I never really paid attention to the sign on the door of my son’s daycare stating that a child in the facility had hand foot mouth disease, a highly contagious viral illness occurring mostly in children, characterized by a persistent fever and a rash or blisters on the hands, feet, and in/around the mouth. I’d never heard much about it before, therefore, it must not be a big deal.
My 2 month old son, Lincoln, ended up in the emergency room on Saturday, December 22nd after a distressing phone call from the on call nurse at his pediatrician’s office. Lincoln had been running a mild fever for a few days and sleeping worse than normal, so we gave him age-appropriate doses of Tylenol as was recommended by his pediatrician after he received his first round of vaccines in November. His only other symptoms were a little congestion and a very mild dry cough, so we didn’t think much of it, but decided to call anyways since he was so young.
Did you know that if you give your less-than-3 month old infant Tylenol, that makes you both a bad parent and stupid? That’s not exactly what the nurse said, but it was heavily implied. She very urgently told us that you’re only supposed to give young babies Tylenol if they’ve had their vaccines within the last week or so. She then told us that we needed to go to the nearest emergency room and admit to them what we did. She said that a fever in a young baby can be very very serious (we knew this, but he had also recently started daycare and had been bringing home all kinds of crud over the last several weeks. Hello, 24-hour stomach virus).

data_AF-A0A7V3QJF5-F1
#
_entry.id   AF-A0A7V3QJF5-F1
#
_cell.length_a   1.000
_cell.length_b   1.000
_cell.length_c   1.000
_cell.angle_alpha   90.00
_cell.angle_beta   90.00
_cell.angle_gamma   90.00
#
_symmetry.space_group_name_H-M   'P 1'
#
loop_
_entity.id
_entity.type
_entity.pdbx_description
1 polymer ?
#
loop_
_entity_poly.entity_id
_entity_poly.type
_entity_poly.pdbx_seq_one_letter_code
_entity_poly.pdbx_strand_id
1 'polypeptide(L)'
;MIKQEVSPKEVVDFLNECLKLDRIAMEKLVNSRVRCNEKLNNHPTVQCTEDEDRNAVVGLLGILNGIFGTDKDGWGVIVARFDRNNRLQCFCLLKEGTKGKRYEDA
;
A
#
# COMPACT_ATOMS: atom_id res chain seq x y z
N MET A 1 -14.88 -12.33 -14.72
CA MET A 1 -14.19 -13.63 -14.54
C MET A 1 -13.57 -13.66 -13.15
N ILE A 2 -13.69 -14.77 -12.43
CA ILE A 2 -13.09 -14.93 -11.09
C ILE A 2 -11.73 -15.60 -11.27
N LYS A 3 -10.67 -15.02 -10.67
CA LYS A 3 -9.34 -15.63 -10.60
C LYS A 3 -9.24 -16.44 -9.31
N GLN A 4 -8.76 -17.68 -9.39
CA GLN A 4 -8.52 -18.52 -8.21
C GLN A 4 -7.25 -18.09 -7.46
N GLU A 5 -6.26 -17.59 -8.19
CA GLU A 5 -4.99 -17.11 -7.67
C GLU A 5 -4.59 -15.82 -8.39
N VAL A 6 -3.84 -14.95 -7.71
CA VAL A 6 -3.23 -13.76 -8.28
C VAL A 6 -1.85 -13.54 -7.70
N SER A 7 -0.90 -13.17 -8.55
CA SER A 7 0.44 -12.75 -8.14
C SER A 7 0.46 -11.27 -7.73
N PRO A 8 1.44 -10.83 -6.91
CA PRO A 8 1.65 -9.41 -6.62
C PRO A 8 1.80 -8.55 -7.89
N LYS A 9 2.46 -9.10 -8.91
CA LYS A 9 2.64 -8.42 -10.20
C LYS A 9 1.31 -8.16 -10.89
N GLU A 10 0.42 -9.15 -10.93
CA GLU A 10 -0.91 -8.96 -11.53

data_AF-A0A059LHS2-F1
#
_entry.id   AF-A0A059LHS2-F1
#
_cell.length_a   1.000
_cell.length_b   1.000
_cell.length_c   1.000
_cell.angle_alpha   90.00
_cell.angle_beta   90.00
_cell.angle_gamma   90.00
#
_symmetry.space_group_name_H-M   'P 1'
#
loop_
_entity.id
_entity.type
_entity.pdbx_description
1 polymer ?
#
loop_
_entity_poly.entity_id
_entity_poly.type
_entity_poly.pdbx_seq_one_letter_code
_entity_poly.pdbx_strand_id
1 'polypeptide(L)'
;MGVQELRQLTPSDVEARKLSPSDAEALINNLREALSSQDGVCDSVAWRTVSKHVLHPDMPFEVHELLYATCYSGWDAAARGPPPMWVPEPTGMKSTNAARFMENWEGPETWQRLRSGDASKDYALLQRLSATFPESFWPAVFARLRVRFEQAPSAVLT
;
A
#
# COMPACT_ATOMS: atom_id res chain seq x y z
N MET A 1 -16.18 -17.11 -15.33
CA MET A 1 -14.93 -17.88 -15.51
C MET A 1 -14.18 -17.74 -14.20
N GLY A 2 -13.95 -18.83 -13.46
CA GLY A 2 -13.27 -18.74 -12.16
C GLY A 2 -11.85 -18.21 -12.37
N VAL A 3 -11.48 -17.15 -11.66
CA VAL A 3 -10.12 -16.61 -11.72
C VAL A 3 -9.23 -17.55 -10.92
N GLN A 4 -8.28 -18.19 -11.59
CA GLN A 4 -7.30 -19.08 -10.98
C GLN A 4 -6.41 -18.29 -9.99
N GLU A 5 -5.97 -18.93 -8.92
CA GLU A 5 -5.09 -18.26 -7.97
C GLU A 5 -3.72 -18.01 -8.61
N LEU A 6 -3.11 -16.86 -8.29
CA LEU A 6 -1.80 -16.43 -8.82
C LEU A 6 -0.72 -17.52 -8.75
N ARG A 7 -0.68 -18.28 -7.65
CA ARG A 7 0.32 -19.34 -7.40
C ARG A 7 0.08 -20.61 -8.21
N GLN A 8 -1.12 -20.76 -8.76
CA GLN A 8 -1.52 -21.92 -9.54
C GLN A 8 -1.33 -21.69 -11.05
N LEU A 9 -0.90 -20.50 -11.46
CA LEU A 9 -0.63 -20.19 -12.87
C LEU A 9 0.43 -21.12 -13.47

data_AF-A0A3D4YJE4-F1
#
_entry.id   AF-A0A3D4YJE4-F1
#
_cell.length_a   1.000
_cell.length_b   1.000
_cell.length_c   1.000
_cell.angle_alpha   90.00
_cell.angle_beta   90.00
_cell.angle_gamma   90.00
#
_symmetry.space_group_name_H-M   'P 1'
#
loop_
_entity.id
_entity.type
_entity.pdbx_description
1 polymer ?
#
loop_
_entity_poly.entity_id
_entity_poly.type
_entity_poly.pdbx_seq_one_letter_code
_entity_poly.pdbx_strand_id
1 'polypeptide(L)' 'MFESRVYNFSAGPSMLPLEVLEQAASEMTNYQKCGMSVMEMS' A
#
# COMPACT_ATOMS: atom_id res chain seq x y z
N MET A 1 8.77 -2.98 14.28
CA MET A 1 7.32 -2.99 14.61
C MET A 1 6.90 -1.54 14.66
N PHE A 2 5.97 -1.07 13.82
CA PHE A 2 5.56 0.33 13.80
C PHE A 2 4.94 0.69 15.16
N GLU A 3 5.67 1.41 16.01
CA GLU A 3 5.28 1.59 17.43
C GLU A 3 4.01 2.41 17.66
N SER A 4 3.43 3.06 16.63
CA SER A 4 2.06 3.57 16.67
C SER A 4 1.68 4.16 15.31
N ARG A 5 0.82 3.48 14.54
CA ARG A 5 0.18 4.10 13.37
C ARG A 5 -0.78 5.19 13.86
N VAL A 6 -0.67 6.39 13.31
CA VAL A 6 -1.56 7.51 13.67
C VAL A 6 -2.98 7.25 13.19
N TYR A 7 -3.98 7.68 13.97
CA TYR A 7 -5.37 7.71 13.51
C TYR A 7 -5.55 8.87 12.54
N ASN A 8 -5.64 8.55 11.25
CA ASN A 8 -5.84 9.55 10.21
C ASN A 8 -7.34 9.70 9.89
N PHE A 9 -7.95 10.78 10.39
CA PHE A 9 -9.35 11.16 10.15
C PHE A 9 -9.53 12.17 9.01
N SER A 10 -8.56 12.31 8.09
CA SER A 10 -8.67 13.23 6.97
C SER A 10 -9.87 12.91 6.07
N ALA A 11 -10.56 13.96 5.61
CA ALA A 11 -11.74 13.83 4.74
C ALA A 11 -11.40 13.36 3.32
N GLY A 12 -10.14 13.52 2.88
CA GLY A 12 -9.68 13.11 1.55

So with me in tears thinking I had just poisoned my baby and let a raging infection go unchecked, we packed up and rushed to the ER. When we got there they got us right in. Sure enough, despite the doses of poison we had been giving him, Lincoln displayed a mild fever.
After waiting for the typical forever that ERs tend to take, and Lincoln enduring a flu, RSV, and strep test, as well as a chest x-ray, the doctor eventually came to the conclusion that our little survivor had a simple upper respiratory infection, and that we were perfectly fine in giving him Tylenol, and in fact could increase the dose even further. $350 later, they sent us home and told us it would pass.
Now, at this time Lincoln had not yet developed the telltale rash or blisters of hand, foot, mouth on his hands, feet, or mouth. Before the ER trip, we assumed all he had was an URI in the first place, so in our minds this just confirmed it. It would eventually pass, and we would go back to living our lives, healthy and as well rested as could be expected.